MCARCS – Feb 2, 2012
- Where: Round Table Pizza, Ukiah (downtown)
- When: Thursday, Feb 2, 5:30PM
- Who: Guest speaker Dan Grebil, WD6FKJ, Chief of Ukiah Valley Fire, will cover the county-wide communications system — how it’s used and how it works.
- Also: Upcoming community events and recruiting for March licensing course and test.
- Food: Pizza by the slice ($2 each)
WARS – Feb 11, 2012
- Where: Old Mission Pizza, Willits (near Ray’s market)
- When: Saturday, Feb 11, 11:00AM
- What: Ham radio equipment, then and now. Bring your old tube gear or cool new gear, photos, and favorite memories.
- Also: There will be a raffle prize, $1 per ticket.
- Food: Pizza provided (contributions welcome, put them in the jar)
Don’t forget the special McARCS meeting in Mendocino on April 2. Note the somewhat relaxed schedule of events and pot luck, “bring your own lunch and some to share”.
Date: April 2, 2011
Place: Mendocino High School Multi-purpose room, 10700 Ford Street
Talk-in: 146.820 –103.5
- Getting Acquainted & Introductions
- Tsunami Event and Exercise de-briefing
- School District Exercise Evaluation
- Future Public Service Communications Opportunities
- Lunch – bring your own and something to share
Workshops as requested:
- Getting Started for New Hams
- FLDIGI Communications (bring laptop)
- Copper J-Pole Antenna Construction
- 2 meter Beam Construction
It’s 4AM, and as is often the case these days, I lie in bed wide awake… my thoughts returning to EM wave theory, my little obsession.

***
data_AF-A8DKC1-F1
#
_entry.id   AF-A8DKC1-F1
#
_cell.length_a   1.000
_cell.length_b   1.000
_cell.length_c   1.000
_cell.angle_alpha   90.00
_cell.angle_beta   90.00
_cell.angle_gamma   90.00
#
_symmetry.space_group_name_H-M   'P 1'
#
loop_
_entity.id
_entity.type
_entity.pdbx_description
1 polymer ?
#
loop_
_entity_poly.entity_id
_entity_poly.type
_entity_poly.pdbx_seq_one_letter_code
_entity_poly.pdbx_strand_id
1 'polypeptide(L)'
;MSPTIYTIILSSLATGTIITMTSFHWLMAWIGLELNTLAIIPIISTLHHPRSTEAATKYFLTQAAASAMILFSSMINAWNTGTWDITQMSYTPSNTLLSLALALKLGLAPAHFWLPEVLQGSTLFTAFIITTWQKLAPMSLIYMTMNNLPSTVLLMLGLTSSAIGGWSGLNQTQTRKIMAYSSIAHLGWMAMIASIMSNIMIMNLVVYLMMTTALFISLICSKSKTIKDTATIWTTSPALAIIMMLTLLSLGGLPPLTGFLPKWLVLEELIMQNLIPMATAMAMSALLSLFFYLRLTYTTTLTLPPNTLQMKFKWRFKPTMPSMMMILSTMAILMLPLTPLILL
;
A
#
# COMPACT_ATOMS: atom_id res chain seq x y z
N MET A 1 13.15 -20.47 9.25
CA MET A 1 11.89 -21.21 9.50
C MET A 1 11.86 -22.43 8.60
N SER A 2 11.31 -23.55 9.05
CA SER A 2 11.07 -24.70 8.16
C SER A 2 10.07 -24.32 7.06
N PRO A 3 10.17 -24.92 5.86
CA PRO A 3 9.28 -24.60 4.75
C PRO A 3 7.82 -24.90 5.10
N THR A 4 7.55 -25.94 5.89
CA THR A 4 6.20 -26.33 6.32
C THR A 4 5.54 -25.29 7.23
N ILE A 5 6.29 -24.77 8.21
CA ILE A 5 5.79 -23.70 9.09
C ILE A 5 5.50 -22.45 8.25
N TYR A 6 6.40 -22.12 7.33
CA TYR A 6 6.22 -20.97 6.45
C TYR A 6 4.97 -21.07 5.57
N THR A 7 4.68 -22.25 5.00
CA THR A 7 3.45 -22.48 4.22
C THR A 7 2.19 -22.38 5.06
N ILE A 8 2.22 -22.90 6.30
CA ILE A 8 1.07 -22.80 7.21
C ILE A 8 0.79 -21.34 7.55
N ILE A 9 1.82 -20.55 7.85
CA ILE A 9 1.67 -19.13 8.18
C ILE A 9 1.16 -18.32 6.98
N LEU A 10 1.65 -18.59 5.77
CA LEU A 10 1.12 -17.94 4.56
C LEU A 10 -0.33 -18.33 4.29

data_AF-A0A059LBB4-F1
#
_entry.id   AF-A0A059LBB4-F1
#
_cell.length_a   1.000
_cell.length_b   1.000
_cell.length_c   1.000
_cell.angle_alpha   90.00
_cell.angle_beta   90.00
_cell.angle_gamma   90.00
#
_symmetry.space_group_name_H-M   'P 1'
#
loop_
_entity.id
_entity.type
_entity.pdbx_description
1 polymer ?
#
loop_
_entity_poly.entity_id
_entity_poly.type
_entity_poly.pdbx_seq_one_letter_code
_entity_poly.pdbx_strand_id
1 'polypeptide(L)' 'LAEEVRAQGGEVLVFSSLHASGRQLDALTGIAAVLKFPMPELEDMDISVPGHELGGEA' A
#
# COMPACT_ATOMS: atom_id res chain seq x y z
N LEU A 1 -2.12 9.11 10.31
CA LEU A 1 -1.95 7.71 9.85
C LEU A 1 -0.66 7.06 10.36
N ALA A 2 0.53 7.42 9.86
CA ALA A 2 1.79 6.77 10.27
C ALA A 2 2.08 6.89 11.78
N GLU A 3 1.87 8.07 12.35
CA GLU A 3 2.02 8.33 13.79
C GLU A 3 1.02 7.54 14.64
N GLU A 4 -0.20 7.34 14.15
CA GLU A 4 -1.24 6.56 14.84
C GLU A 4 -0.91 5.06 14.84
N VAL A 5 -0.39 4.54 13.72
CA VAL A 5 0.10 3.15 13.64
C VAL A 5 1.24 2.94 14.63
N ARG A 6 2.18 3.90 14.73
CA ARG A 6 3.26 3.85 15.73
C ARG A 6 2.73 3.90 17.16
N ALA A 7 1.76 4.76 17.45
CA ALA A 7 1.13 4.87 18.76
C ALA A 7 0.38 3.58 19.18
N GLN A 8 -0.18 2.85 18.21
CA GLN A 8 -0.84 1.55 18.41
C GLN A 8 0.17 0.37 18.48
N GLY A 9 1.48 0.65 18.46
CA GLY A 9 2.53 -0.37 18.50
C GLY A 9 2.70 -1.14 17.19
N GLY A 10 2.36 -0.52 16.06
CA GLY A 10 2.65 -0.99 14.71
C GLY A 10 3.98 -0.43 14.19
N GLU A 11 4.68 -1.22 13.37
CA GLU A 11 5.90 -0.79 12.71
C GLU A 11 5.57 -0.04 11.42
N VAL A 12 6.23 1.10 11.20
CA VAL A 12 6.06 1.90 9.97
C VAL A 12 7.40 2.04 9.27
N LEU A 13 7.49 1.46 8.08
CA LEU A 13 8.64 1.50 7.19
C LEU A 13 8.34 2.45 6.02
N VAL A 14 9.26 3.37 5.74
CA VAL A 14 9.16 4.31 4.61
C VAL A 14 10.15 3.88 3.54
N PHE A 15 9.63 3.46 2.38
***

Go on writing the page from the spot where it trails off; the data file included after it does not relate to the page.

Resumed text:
This morning in particular I ponder how I ended up in this state of mind. My memories drift back to the days of building a small 20 watt ham transmitter for my fifth grade science fair project, but that was not the beginning either. Perhaps plugging the rabbit ears into an electrical outlet at the age of four damaged my brain more than was evident. The memory is clearly etched, the antenna in my hands as if it were yesterday, just like discovering those razor blades on my dad’s bathroom sink at that same age.
In order to type this blog without waking Cindy, I’ve snuck down to the ham shack in the basement. Of course, if you’re going to be in the radio room, you are obliged to flip on the HF rig, and it comes up on 7.000 MHz, as it always does because I’ve yet to solder in a new battery to keep its memories stored.
Unless something similar happens for you, you may not realize that 7.000 MHz is full of multiple overlapping signals, voices of people worldwide generating a cacophony of sounds and songs, nothing logical — quite like the old haydays of CB when skip was in. I often wonder if what I’m hearing are odd intermodulation results from SW broadcasters, or just dozens of people who found HF radios in their basements and aren’t quite sure how they work or what to do with them.
When I started this blog, I promised myself that I’d dive into the theory a bit more… which is one of my secret agendas for doing this site in the first place. But, here I am several months later, and I’ve barely scratched the surface.